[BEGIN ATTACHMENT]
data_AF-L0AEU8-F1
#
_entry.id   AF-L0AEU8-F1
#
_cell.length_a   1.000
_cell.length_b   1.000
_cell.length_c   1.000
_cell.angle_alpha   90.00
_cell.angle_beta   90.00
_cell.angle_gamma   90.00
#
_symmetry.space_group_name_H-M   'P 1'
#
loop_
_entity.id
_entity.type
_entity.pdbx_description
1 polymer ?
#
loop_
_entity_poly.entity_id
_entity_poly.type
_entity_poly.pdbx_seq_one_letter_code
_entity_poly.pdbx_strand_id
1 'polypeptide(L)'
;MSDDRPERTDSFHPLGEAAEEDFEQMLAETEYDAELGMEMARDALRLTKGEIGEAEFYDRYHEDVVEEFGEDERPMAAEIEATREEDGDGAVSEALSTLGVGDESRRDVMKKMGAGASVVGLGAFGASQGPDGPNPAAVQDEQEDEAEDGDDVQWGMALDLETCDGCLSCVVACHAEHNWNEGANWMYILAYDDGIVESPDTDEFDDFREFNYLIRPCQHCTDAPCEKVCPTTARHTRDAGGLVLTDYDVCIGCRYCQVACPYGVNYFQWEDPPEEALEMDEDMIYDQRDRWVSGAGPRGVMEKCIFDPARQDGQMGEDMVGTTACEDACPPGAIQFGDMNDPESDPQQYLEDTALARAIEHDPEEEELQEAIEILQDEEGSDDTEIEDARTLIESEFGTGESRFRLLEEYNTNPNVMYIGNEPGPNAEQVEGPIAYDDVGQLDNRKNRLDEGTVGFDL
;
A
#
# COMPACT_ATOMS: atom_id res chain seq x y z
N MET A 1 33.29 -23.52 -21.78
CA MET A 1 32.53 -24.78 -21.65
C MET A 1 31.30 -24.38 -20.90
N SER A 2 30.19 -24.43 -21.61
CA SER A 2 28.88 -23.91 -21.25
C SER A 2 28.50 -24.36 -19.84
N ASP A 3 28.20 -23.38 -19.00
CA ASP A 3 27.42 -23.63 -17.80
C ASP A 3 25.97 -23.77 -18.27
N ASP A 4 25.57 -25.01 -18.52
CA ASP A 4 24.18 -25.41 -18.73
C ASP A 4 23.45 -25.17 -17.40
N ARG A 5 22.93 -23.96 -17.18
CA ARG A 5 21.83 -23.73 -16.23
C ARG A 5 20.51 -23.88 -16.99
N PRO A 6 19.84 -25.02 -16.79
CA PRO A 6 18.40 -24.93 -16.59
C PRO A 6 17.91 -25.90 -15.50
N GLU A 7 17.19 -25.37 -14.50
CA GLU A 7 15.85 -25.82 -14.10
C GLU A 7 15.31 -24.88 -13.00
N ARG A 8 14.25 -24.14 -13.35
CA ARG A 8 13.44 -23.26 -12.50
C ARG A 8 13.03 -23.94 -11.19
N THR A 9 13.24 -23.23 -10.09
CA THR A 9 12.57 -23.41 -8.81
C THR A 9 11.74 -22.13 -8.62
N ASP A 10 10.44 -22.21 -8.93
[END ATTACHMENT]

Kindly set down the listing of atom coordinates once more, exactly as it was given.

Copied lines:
data_AF-L0AEU8-F1
#
_entry.id   AF-L0AEU8-F1
#
_cell.length_a   1.000
_cell.length_b   1.000
_cell.length_c   1.000
_cell.angle_alpha   90.00
_cell.angle_beta   90.00
_cell.angle_gamma   90.00
#
_symmetry.space_group_name_H-M   'P 1'
#
loop_
_entity.id
_entity.type
_entity.pdbx_description
1 polymer ?
#
loop_
_entity_poly.entity_id
_entity_poly.type
_entity_poly.pdbx_seq_one_letter_code
_entity_poly.pdbx_strand_id
1 'polypeptide(L)'
;MSDDRPERTDSFHPLGEAAEEDFEQMLAETEYDAELGMEMARDALRLTKGEIGEAEFYDRYHEDVVEEFGEDERPMAAEIEATREEDGDGAVSEALSTLGVGDESRRDVMKKMGAGASVVGLGAFGASQGPDGPNPAAVQDEQEDEAEDGDDVQWGMALDLETCDGCLSCVVACHAEHNWNEGANWMYILAYDDGIVESPDTDEFDDFREFNYLIRPCQHCTDAPCEKVCPTTARHTRDAGGLVLTDYDVCIGCRYCQVACPYGVNYFQWEDPPEEALEMDEDMIYDQRDRWVSGAGPRGVMEKCIFDPARQDGQMGEDMVGTTACEDACPPGAIQFGDMNDPESDPQQYLEDTALARAIEHDPEEEELQEAIEILQDEEGSDDTEIEDARTLIESEFGTGESRFRLLEEYNTNPNVMYIGNEPGPNAEQVEGPIAYDDVGQLDNRKNRLDEGTVGFDL
;
A
#
# COMPACT_ATOMS: atom_id res chain seq x y z
N MET A 1 33.29 -23.52 -21.78
CA MET A 1 32.53 -24.78 -21.65
C MET A 1 31.30 -24.38 -20.90
N SER A 2 30.19 -24.43 -21.61
CA SER A 2 28.88 -23.91 -21.25
C SER A 2 28.50 -24.36 -19.84
N ASP A 3 28.20 -23.38 -19.00
CA ASP A 3 27.42 -23.63 -17.80
C ASP A 3 25.97 -23.77 -18.27
N ASP A 4 25.57 -25.01 -18.52
CA ASP A 4 24.18 -25.41 -18.73
C ASP A 4 23.45 -25.17 -17.40
N ARG A 5 22.93 -23.96 -17.18
CA ARG A 5 21.83 -23.73 -16.23
C ARG A 5 20.51 -23.88 -16.99
N PRO A 6 19.84 -25.02 -16.79
CA PRO A 6 18.40 -24.93 -16.59
C PRO A 6 17.91 -25.90 -15.50
N GLU A 7 17.19 -25.37 -14.50
CA GLU A 7 15.85 -25.82 -14.10
C GLU A 7 15.31 -24.88 -13.00
N ARG A 8 14.25 -24.14 -13.35
CA ARG A 8 13.44 -23.26 -12.50
C ARG A 8 13.03 -23.94 -11.19
N THR A 9 13.24 -23.23 -10.09
CA THR A 9 12.57 -23.41 -8.81
C THR A 9 11.74 -22.13 -8.62
N ASP A 10 10.44 -22.21 -8.93